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"She seemed to come suddenly upon happiness as if she had surprised a butterfly in the Winter woods"
(edith wharton)


Sunday, 5 August 2007

HAZEL lore

Hazel - August 5th to September 1st. The 9th moon of the celtic year. The celtic name for Hazel is "Coll" which means 'life force within you'. Hazel is associated with the element of air, the planet of Mercury and the day of Wednesday. The bird connected with Hazel is the crane.



Hazels are often found at the border between the worlds where magickal things happen, and therefore Hazel wood is excellent to use to make all-purpose wands. Any Hazel twigs, wood or nuts should be gathered after sundown on Samhain since it will be at the peak of its magickal energy. Hazel should be cut at the waxing moon and must not be cut with a knife, but with a flint.
It is sacred to the Fey and you can call them by using a wand made of the tree.
To enlist the aid of plant fairies, string hazelnuts on a cord and hang up in your house or ritual room.
in times past, the Hazel was known as The Tree of Wisdom, so is a good herb to use to use for magic when asking for wisdom. Hazel wood is one of the nine traditional firewoods that is part of the Belfire that the Druid's burned at Beltane - it was added to the fire to gain wisdom. Druids often made wands from Hazel wood, and used the wands for finding ley lines. Forked twigs of Hazel can be used to divine for water or to find buried treasure. It is said that hazel nuts gave the Druids their ability to write their poems and songs of the ancient legends. The wood can help to divine the pure source of poetry. Wearing woven caps of hazel twigs will ensure good dreams and brings wise understanding
The god of healing, Diancecht, is said to have made a porridge that would cure colds, sore throats, and worms. According to legend, it consisted of hazel buds, dandelions, chickweed, sorrel, and oatmeal. It was to be taken in the mornings and evenings. Mix powdered Hazelnuts with mead or honeyed water to help a cough. The nuts are a good source of phosphorus, magnesium, potassium, copper, protein and fatty acids.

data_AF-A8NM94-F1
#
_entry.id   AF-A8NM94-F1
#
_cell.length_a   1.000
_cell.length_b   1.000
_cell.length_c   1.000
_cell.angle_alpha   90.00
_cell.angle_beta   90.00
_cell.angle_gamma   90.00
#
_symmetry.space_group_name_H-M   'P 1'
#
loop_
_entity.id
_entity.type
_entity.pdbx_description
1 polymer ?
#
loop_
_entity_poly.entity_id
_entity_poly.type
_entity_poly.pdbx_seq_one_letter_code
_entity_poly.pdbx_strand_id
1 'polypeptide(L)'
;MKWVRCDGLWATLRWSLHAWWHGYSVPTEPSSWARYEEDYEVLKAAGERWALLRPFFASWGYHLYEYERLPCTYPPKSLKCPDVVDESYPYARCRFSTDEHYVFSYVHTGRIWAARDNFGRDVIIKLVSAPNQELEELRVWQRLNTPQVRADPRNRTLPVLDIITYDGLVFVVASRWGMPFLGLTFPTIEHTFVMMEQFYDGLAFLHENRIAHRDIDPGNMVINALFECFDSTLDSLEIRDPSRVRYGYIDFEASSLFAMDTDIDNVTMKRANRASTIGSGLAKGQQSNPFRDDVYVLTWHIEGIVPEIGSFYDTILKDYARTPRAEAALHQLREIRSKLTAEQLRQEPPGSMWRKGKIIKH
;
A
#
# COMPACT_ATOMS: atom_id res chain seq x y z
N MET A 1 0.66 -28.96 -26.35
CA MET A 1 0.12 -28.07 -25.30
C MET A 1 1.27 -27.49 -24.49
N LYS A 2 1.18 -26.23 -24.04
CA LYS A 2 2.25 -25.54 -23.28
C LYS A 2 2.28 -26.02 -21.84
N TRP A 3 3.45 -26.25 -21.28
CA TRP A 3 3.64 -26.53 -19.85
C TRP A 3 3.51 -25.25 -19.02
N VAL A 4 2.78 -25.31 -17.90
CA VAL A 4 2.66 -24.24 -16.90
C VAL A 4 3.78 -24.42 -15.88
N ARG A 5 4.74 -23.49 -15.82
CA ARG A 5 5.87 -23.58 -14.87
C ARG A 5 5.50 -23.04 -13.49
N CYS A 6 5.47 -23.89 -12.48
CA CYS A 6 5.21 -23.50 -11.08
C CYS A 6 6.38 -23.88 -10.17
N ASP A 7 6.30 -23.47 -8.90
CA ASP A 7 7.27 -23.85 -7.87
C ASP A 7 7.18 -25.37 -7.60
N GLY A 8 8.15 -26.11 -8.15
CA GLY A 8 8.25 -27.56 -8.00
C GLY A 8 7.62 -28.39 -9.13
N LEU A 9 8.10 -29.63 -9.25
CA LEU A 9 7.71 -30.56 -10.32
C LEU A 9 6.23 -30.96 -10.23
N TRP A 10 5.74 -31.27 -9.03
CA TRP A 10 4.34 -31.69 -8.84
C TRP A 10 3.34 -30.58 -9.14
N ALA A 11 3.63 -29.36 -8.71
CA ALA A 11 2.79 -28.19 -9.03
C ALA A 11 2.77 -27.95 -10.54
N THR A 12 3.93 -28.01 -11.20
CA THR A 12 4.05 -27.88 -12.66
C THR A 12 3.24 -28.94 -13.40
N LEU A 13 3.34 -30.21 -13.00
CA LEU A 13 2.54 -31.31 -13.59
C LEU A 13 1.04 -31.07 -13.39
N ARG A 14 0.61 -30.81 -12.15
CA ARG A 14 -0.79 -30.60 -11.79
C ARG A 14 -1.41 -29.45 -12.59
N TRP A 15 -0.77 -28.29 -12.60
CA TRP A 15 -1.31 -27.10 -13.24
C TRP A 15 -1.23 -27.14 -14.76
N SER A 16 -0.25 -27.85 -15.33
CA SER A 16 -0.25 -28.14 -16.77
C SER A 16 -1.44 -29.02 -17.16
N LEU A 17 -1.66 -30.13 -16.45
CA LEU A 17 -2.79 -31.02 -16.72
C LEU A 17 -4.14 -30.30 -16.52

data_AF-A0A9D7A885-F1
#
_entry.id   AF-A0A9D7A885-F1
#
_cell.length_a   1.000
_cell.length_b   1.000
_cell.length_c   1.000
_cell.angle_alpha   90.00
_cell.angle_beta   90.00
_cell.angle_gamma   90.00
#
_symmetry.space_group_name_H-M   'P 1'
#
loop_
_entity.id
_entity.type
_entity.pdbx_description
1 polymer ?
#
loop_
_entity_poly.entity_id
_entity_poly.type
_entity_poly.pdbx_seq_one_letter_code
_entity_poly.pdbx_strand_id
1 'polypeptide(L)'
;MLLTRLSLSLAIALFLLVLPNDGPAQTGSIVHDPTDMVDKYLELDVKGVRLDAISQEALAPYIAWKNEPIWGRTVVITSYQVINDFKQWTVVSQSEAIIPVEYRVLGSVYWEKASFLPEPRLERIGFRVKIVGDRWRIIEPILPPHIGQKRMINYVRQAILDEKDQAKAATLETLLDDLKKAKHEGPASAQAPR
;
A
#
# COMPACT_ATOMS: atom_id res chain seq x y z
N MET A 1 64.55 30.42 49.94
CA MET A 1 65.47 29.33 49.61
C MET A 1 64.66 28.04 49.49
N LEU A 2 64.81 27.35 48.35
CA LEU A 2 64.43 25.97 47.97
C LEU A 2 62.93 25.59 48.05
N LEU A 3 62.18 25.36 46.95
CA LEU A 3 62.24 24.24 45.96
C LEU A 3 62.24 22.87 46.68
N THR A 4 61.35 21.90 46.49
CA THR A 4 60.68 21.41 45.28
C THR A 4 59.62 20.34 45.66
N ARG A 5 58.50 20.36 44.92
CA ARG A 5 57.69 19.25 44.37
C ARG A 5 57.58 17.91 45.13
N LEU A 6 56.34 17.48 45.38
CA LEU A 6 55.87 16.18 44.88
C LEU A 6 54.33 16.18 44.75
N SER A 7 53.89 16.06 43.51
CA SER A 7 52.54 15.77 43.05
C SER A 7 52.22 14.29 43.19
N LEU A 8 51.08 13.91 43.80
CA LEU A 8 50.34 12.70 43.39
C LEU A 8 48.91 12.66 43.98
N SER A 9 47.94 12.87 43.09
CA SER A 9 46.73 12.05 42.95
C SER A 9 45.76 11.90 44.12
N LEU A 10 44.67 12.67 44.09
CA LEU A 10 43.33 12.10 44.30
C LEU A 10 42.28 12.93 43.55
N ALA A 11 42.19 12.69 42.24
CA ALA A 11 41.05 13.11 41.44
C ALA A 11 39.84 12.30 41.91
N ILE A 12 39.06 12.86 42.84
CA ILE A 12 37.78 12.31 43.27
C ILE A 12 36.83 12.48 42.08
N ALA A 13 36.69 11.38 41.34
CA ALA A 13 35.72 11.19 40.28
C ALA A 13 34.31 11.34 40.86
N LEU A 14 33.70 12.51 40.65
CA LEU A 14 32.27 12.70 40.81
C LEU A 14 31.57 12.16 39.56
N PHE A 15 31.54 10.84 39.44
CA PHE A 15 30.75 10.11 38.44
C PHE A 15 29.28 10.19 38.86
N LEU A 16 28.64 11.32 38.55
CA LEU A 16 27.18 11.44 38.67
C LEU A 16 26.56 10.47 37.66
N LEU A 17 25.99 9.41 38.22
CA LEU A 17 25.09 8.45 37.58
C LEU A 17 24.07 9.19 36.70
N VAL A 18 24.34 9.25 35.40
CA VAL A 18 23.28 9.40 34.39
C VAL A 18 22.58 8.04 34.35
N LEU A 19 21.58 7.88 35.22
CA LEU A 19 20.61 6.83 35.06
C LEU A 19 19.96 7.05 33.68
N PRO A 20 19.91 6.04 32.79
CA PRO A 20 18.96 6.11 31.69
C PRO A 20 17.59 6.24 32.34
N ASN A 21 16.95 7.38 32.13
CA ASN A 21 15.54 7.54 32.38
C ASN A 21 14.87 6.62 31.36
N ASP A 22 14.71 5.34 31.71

Throwing hazelnuts into the fire at Samhain, will discern the feelings of ones betrothed. If the nut burns strong and steady then so does your partners love for you. The Hazelnut is a symbol of fertility - a bag of nuts bestowed upon a bride will ensure a fruitful marriage.

Tie two Hazel twigs together with red or gold thread and carry as a protective good luck charm. Hazel was one of the magical, protective plants brought into the house on May Day. Hazel nuts were sometimes put on window sills during storms in the hope of calming the weather. It was strongly believed that once the summer jam had been made it was vital to stir it with a hazel stick, this would ensure that the piskies didn't steal it.

I hope you have enjoyed this little piece about Hazel.
Hazel sounds like something I would love to have in my garden. I would love to plant it in my sacred space under the pine tree where the faeries live. I will have to see if I can buy a few plants.. I like the idea of the good luck charm and stringing the nuts on a cord.. that is my kind of fun & ritual! I could maybe make myself a wand ... to satisfy the Druid in me. I am beginning to think I could be living on a ley line, if not on it, then quite near one!

I have been buying a few books the past week... one is Labyrinth by Kate Mosse, which Daisy was reading. I don't know if she finished it but she did say it was a page turner. The Mists of Avalon, a book that I have been meaning to read for absolute years, is on order. And the other book is Earth Magic by Clare Nahmad.. it is a great book! Full of ancient folk-lore... I cannot wait to get started on it.